Wednesday, April 13, 2011

Dating Tall Men


This post on Very Smart Brothas asks why women always seem to be biased against short men. Granted, this is completely anecdotal, but I hear women say things all the time like, "I just can't date a guy that's shorter than me." Warning: I am about to take a very controversial opinion on this: Women who discount men because they are short are, well, kind of bigots.

People get really offended when I say that, so if you're interested in my rationale. I recommend you continue reading. Otherwise, you can just skip to the comments section and tell me I'm a horrible human.

Despite the fact that I've never dated anyone shorter than me (I'm 5' 6") and my current boyfriend is closer to 7 feet than he is to 6, I've never really understood women's bias against short men. Not all women are guilty of this, but I've noticed a lot of women say this, and given the reaction I've had from men and women on Twitter, people feel strongly about this.

Height discrimination seems to be one of the last socially accepted irrational dating biases. If you're short, there's literally nothing you can do about that. When I say that I think women who refuse to date a man simply because of his height I usually get a litany of reasons defending this position—pretty much all of which are irrational.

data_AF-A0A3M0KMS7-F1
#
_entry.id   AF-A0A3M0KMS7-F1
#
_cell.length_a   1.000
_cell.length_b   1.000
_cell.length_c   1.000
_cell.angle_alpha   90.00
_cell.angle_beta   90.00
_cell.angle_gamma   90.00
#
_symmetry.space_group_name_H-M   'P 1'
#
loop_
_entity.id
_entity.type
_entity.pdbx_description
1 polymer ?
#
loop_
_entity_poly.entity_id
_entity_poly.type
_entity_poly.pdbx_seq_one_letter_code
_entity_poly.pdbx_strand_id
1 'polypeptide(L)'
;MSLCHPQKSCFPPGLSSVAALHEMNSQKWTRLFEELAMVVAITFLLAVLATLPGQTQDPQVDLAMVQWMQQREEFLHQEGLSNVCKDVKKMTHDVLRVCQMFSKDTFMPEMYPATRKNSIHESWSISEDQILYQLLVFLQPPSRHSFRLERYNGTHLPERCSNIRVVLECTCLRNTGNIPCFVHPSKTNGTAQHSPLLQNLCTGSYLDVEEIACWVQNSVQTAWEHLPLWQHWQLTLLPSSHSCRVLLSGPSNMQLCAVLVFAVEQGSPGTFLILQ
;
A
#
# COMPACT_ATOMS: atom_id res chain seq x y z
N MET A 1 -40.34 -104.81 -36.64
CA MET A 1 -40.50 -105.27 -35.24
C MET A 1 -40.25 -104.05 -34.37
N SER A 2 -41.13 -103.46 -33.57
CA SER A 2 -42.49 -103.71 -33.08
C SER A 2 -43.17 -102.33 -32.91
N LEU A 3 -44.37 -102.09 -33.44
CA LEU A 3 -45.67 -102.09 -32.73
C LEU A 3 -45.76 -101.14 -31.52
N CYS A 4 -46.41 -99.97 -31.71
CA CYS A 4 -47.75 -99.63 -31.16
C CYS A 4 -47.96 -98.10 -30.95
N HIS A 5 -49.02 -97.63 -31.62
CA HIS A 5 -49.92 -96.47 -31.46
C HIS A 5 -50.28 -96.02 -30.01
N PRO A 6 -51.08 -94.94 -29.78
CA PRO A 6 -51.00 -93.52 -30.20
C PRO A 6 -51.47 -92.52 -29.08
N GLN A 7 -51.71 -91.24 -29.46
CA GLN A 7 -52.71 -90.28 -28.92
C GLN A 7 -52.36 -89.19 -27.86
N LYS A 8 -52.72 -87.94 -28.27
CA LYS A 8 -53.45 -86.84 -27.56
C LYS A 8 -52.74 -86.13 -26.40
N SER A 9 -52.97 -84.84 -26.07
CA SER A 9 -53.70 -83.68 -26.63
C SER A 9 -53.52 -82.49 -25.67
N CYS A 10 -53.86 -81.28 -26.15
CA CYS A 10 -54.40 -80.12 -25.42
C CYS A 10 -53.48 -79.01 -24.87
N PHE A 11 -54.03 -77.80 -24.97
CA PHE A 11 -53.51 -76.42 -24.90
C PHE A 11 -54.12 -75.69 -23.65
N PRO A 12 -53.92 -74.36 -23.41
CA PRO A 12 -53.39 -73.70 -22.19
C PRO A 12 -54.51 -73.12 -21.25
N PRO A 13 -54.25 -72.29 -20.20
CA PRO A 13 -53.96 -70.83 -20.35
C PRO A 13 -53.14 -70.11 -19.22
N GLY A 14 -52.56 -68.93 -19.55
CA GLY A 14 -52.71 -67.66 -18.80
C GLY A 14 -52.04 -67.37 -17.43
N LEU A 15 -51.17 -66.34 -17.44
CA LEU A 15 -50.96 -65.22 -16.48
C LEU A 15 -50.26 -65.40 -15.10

I'm just not attracted to short men.
Fine. I don't really get why you'd eliminate an entire population simply based on height, but there is some evolutionary psychology to back up the idea that women tend to be attracted to greater height. But if we're totally being honest, there are tons of "evolutionary" romantic biases that modern people work around pretty effectively: People tend to be attracted to people that look most like them, women are "attracted" to wealthier men, or that women evolutionarily want to be more submissive to men. Why we adhere to the height "evolution" reason and tend to reject others as biased is beyond me.

Short men have a "Napoleon" complex.
I don't have any scientific data to back this up or anything, but I'm pretty sure Napoleonism isn't a universal trait among men under a certain height. What women mean when they say this is they once dated a short guy who was an asshole and so they've taken to assuming all short men are assholes.

It's "logistically difficult" to date a short men.
Women tend to bring this up a lot, hinting that height affects performance in bed. It's also usually followed up with "well, granted, there were other issues in the relationship." Do you think possibly these "other issues" were why you weren't having such a great time in the sack? Maybe? Possibly? I mentioned at the beginning of this post, there's an extreme height differential between me and my current significant other—yet somehow we manage to work around it. Why women can't work out a hight difference going the other way is, again, beyond me.

I really like to wear heels, and that makes me way taller than a short guy.
I'm sorry, what? No. Your fashion choices don't let you get to justify an irrational preference. Wear flats. Or better yet, wear heals and don't give a shit about how tall they make you.

The thing is, people are ready with all kind of irrational reasons why it might be justifiable to judge someone based on height alone, but it's really weird. Why do they do that?